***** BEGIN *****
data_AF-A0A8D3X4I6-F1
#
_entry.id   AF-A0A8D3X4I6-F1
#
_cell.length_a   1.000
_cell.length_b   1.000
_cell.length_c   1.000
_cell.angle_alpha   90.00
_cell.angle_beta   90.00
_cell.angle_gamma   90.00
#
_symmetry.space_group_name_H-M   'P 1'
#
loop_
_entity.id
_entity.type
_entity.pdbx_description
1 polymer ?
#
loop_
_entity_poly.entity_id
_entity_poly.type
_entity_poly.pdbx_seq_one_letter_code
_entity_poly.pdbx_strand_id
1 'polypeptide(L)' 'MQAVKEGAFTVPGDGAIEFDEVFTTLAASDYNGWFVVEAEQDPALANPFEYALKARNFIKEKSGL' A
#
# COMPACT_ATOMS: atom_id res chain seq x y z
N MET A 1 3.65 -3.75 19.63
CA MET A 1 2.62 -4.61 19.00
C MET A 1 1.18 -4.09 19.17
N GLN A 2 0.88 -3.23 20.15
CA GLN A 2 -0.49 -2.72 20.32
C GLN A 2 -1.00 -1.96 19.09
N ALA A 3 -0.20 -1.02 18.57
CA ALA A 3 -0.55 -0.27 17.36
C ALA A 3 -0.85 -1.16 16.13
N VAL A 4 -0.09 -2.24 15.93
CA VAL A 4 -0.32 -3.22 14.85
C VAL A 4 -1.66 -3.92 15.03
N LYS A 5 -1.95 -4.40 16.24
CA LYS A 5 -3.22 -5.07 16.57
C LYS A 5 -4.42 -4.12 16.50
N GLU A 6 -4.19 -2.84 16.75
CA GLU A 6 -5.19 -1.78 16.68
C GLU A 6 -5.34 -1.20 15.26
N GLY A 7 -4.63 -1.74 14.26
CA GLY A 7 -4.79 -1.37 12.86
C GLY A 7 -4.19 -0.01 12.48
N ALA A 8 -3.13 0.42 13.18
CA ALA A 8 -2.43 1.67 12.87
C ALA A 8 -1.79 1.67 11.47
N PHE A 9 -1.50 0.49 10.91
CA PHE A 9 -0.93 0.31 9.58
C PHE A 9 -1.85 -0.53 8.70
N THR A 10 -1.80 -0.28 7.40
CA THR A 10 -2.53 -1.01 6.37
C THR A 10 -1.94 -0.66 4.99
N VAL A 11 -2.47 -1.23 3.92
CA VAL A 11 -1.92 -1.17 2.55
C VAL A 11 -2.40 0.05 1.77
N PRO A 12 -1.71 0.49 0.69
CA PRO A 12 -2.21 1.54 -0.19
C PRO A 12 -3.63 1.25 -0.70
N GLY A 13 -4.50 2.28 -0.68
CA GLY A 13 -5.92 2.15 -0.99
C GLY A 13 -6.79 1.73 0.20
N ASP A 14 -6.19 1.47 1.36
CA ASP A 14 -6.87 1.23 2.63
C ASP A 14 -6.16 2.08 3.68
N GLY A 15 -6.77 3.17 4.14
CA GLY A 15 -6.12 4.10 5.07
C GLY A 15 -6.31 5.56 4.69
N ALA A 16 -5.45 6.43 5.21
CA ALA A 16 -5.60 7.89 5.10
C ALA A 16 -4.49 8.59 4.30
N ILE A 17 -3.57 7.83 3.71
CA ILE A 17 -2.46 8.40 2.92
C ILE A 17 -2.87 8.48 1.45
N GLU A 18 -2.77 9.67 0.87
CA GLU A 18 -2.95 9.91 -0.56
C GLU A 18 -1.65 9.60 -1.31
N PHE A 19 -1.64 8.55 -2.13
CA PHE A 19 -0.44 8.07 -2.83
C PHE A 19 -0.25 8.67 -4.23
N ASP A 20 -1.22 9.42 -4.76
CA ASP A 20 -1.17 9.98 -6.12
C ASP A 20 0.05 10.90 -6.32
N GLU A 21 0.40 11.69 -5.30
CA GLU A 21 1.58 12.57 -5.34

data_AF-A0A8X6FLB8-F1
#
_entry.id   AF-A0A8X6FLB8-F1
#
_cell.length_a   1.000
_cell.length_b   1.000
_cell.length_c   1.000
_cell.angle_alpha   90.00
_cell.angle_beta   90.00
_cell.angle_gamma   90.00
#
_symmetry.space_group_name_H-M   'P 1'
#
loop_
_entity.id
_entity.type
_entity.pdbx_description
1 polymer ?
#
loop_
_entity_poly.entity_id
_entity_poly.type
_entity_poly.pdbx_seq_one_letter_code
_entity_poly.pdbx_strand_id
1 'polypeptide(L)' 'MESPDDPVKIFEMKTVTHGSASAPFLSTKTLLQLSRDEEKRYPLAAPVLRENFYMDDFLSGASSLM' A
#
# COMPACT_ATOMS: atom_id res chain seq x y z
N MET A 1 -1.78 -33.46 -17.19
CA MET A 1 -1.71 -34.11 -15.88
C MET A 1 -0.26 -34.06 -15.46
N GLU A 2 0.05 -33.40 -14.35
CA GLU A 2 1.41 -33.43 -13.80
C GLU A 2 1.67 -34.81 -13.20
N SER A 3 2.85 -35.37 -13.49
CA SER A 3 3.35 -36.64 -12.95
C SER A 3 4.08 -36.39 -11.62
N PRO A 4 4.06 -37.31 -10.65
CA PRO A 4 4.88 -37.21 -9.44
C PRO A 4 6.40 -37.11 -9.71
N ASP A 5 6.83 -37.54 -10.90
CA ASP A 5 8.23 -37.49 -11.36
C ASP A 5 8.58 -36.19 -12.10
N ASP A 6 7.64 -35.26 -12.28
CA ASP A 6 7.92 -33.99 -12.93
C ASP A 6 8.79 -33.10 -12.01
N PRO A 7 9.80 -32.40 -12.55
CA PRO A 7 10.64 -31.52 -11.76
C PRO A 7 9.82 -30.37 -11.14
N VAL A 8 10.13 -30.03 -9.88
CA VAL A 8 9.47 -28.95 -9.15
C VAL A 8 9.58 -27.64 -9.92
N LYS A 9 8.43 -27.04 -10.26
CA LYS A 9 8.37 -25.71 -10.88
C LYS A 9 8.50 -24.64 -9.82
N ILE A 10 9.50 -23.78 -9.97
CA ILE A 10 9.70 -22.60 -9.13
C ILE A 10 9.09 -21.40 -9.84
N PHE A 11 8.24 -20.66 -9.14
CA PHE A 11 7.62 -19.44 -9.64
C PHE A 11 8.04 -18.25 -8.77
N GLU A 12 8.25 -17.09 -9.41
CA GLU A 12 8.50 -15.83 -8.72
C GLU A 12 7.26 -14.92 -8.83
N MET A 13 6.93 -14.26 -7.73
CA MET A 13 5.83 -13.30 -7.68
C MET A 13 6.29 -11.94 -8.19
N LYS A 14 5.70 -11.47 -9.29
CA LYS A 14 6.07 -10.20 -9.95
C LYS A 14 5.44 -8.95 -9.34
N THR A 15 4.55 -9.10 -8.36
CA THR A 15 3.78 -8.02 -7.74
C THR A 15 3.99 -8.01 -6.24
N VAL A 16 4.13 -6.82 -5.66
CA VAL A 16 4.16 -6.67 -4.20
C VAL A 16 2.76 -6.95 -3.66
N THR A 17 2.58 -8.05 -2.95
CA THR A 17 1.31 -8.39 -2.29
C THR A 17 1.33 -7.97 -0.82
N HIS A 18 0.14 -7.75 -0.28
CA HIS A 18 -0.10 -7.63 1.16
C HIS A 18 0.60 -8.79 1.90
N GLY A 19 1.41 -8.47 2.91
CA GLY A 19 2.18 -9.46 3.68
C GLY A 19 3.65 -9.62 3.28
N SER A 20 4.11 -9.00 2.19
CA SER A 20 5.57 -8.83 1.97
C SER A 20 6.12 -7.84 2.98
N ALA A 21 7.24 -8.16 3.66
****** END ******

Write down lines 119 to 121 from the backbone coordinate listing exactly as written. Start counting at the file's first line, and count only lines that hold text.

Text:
C MET A 1 -0.26 -34.06 -15.46
N GLU A 2 0.05 -33.40 -14.35
CA GLU A 2 1.41 -33.43 -13.80